B.S.A. skeptical on extra height for Arman project

By Albert Amateau

The Board of Standards and Appeals told the developer of the triangular lot in Hudson Square where the late sculptor Arman turned scrap steel into art to come up with new drawings to justify a variance request for an apartment building larger than allowed under current land use rules.

Red Brick Canal LLC, which has had a contract to buy the property on the northwest corner of Canal and Greenwich Sts. from the Arman family, wants to build a residential building 11 stories high instead of the eight currently allowed and covering 98 percent of the odd-shaped lot instead of 80 percent under current land use rules.

The developer wants to build a project with 25,000 square feet of floor space instead of 18,000 square feet under current zoning. Red Brick Canal also seeks a variance for a curb cut to a ground-level parking garage on the Greenwich St. side of the project.

The south end of the Hudson Square district, where the Arman studio is located, was rezoned in 2004 from manufacturing to residential use with an allowable floor-area ratio of 6.02 instead of the F.A.R. of 5 allowed in the manufacturing zone.

“Lot coverage and parking regulations are not issues for us,” said Meenakshi Srinivasan, B.S.A. chairperson, at the April 25 hearing. “The real issue is F.A.R.,” she told Deirdre Carson, lawyer for the developer, and Thomas McKay, architect of the project.

At the first B.S.A. hearing on the issue last summer, the agency asked the developer to submit revised drawings that maximize the floor area in a building that would comply with current zoning.

“The revised drawings you provided don’t appear to maximize the floor space,” the agency chairperson told the developers.

“We thought we did,” replied Carson.

“The idea was to come up with a more efficient envelope and have units that are sellable. We don’t think you did that,” Srinivasan said.

The B.S.A. may grant variances to the existing zoning if developers prove they have a hardship because they cannot make a reasonable return on their investment by building an a project as of right under the zoning.

Red Brick Canal cites the high cost of building on an irregular-shaped lot, and the need to drive piles for the foundation for a project above the westbound tube of the Holland Tunnel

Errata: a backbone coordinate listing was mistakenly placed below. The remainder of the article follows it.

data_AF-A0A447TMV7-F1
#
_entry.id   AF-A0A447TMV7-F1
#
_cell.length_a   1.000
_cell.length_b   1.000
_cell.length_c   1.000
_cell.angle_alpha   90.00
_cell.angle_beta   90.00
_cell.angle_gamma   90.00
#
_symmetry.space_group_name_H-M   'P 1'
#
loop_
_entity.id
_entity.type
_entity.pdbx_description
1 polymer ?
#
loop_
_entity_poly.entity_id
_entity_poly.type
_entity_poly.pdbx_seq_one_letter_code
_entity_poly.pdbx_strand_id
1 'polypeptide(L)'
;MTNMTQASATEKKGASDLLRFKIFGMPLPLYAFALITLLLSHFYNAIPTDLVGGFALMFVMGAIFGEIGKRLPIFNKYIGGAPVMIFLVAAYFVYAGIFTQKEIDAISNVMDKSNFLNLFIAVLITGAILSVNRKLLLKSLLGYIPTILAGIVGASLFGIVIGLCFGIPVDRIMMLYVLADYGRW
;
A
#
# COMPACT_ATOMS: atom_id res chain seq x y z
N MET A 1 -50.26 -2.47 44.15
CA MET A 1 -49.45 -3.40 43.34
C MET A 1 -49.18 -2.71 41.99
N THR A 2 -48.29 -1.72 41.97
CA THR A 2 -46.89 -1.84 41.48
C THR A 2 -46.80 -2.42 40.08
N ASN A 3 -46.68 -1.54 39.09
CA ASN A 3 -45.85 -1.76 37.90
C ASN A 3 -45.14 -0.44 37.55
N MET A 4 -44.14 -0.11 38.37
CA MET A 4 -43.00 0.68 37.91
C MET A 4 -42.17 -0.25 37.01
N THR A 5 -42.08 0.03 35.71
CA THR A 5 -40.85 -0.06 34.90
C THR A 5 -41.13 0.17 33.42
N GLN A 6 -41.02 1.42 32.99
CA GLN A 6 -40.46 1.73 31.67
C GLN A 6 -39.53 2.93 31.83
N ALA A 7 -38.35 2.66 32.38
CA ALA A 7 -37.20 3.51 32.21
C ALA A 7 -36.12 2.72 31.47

Nevertheless, B.S.A. members wanted more information on why Red Brick Canal’s estimated foundation costs are higher than three new projects, two of which are on the east side of Greenwich St. and one on the north side of the square block where the Arman project is located.

Opponents of the variance included Peter Himmelstein, architect of a building adjacent to the project on Greenwich St., who told the B.S.A. his project was built with much more restrictive rules.

“Everyone should play by the same rules,” Himmelstein said, “and the Arman project has already gotten two windfalls: a use change from manufacturing to residential and an increase in F.A.R. from 5 to 6.2. In addition, the Arman project has the huge asset of 100 feet of unobstructed park view and then a river view.” Red Brick Canal’s property faces a new triangle park in the Canal St. median between West St. and Washington St., with a view of a stretch of Hudson River Park and the river to the west.

Residents of the building on the northeast corner of Greenwich and Canal Sts. across from the Arman lot contend a variance would produce a building that would reduce their light and air. John Sutter, publisher of The Villager, is an owner of condominium space in the building across from the Arman property.

The B.S.A. set a May 16 deadline for further submissions by the developer and a May 30 deadline for more submissions by the opponents. The project will be on the agenda of the public B.S.A. hearing on June 20.